Bram Ansari had answered the phone without looking up from a document
that had just arrived by courier. ‘Hamad… I was about to call you.’
‘Then you’ve received the summons to Father’s birthday
‘It arrived ten minutes ago. I imagine I have you to thank for that.’
‘No. It’s his wish. He’s sick, Bram. It’s a significant birthday. You
need to be home.’
His brother did not sound particularly happy at the prospect.
‘I doubt everyone thinks that.’
‘The old man has negotiated a secret deal with the Khadri family.’
‘A deal?’ Bram frowned. ‘What kind of deal?’ The last time he’d seen
Ahmed Khadri the man had threatened to cut his throat if he ever stepped
foot in Umm al Basr. ‘Tell me.’
As his brother explained the secret deal his father had negotiated to
enable Bram to return home the colour leached out of the day until the
sky, the sea, the flowers overflowing the tower turned grey.
‘I’m sorry, Bram, but at least you’re prepared. If Bibi hadn’t managed
to smuggle a note to her sister you would have been presented with a
‘You think I can go through with this?’
‘It’s the price that must be paid.’
‘But I won’t be the one paying it!’ He took a breath. ‘How is your
family?’ he asked, cutting Hamad short when he would have argued. ‘The
sh’Allah, all my precious girls are thriving. Safia sends
her fondest wishes and thanks for the gifts.’ He hesitated. ‘She said to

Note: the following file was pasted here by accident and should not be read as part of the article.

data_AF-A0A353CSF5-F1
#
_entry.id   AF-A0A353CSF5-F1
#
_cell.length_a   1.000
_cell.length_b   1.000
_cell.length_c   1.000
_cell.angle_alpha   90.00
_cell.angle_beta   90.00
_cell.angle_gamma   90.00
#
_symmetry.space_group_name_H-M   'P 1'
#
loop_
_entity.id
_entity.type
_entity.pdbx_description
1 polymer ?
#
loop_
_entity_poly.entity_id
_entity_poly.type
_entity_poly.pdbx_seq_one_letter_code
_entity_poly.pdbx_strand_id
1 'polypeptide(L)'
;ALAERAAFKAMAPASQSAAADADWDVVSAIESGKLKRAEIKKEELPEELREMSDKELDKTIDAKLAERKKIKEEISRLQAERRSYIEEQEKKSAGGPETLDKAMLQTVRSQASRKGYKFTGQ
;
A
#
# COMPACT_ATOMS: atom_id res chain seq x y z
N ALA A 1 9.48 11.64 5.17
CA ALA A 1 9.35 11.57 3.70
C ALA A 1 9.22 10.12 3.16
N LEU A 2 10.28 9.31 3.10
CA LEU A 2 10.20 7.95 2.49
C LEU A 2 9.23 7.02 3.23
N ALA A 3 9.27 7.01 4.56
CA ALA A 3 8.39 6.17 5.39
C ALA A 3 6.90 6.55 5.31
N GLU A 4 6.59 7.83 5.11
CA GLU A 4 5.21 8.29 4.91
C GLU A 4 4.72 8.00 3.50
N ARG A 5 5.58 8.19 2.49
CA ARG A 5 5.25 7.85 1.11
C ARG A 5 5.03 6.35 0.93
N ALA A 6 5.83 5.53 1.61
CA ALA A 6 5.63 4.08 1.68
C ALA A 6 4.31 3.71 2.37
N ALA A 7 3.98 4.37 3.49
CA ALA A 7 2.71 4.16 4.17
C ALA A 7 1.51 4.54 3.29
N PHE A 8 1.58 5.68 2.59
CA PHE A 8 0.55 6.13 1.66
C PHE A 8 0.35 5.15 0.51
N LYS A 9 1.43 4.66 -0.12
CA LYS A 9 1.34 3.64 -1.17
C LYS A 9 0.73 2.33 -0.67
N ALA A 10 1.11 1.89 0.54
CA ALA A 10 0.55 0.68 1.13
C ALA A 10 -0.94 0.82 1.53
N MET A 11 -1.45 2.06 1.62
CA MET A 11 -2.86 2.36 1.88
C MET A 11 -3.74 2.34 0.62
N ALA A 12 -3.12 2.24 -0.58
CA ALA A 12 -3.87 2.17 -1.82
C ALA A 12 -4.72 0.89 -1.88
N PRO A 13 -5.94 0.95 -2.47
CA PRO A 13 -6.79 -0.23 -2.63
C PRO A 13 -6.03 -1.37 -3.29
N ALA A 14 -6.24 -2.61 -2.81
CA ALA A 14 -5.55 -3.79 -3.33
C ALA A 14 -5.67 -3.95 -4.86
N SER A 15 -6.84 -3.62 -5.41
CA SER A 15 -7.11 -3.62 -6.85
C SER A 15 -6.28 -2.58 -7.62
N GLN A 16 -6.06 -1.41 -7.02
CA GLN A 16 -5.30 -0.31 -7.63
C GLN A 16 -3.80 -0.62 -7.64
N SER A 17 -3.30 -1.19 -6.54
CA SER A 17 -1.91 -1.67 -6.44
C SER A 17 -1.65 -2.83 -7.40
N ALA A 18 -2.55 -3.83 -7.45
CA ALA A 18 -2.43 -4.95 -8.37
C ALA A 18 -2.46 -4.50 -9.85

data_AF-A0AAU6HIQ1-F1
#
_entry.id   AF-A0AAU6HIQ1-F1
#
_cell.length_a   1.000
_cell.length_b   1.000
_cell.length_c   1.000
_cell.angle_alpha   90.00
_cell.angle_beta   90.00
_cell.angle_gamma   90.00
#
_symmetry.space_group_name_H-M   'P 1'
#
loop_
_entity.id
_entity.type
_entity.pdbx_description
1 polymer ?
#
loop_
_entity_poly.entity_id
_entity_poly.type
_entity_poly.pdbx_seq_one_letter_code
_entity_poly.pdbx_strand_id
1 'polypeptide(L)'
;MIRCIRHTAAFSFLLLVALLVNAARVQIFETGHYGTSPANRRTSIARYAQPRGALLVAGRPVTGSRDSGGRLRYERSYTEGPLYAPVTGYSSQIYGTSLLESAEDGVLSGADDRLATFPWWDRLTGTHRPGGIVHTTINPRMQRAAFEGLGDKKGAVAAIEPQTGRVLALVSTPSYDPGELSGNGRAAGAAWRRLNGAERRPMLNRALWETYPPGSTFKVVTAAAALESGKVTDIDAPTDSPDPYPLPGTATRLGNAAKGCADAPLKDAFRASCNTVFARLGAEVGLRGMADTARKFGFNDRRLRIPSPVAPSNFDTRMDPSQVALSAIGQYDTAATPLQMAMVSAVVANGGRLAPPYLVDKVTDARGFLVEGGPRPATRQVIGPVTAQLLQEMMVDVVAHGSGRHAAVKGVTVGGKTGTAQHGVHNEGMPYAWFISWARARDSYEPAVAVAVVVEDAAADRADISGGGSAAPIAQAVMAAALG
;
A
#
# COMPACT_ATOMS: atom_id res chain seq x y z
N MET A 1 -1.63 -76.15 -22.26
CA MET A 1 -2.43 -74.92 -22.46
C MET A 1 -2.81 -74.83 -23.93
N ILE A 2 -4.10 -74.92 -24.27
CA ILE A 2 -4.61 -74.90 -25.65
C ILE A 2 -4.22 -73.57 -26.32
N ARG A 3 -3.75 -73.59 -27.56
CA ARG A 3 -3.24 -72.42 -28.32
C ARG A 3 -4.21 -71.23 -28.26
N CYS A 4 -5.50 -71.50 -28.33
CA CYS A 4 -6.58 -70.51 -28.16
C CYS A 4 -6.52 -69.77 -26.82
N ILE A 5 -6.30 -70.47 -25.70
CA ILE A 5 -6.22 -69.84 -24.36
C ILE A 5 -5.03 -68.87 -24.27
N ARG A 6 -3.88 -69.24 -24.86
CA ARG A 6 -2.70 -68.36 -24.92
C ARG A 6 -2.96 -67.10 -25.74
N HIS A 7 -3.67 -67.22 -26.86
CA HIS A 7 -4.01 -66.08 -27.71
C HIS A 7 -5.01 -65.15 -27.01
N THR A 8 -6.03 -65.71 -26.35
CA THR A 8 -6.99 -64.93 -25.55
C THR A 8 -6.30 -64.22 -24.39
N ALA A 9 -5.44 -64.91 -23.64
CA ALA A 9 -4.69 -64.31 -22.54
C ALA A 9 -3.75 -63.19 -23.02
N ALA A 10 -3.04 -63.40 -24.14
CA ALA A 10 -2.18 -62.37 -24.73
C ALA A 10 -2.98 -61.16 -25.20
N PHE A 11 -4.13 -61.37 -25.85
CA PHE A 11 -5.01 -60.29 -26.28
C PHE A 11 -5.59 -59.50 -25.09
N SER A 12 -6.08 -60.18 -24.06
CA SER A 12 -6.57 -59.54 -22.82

say that you are always in her prayers.’
Bram ended the call then swept the invitation from the table in impotent
fury. The longed-for chance to kneel at his father’s feet and beg his
forgiveness had come attached to a tangle of string that would take more
than prayers to unravel. It would need a miracle.
The phone beeped, warning him that he had a missed call. He glanced at
the screen and ignored it. His aide was spending a long weekend with
friends in the Alps and the last thing he needed right now was a joyous
description of the snow conditions.
Qa’lat al Mina’a, perched high on its rocky promontory, shimmered like a
mirage in the soft pink haze of the setting sun.
Far below, beyond a perfect curve of white sand, a dhow was drifting
slowly along the coast under a dark red sail and for a brief moment Ruby
felt as if she might have been transported back into some
fantasy, flying in on a magic carpet rather than a gleaming black
The illusion was swiftly shattered as they circled to land.
The fortress might appear, at first glance, to be a picturesque ruin, a
reminder of a bygone age, but behind the mass of purple bougainvillaea
billowing against its walls was a satellite dish, antennae—all the
trappings of the communications age, powered by an impressive range of
solar panels facing south where the
jebel fell away to the desert.
And the tower did not stand alone. Below it she glimpsed courtyards,
arches, gardens surrounding an extensive complex that spread down to the
shore where a very twenty-first century gunmetal-grey military-style
launch was sheltered in a harbour hewn from the rock. And they were
descending to a purpose-built helipad. This was not some romantically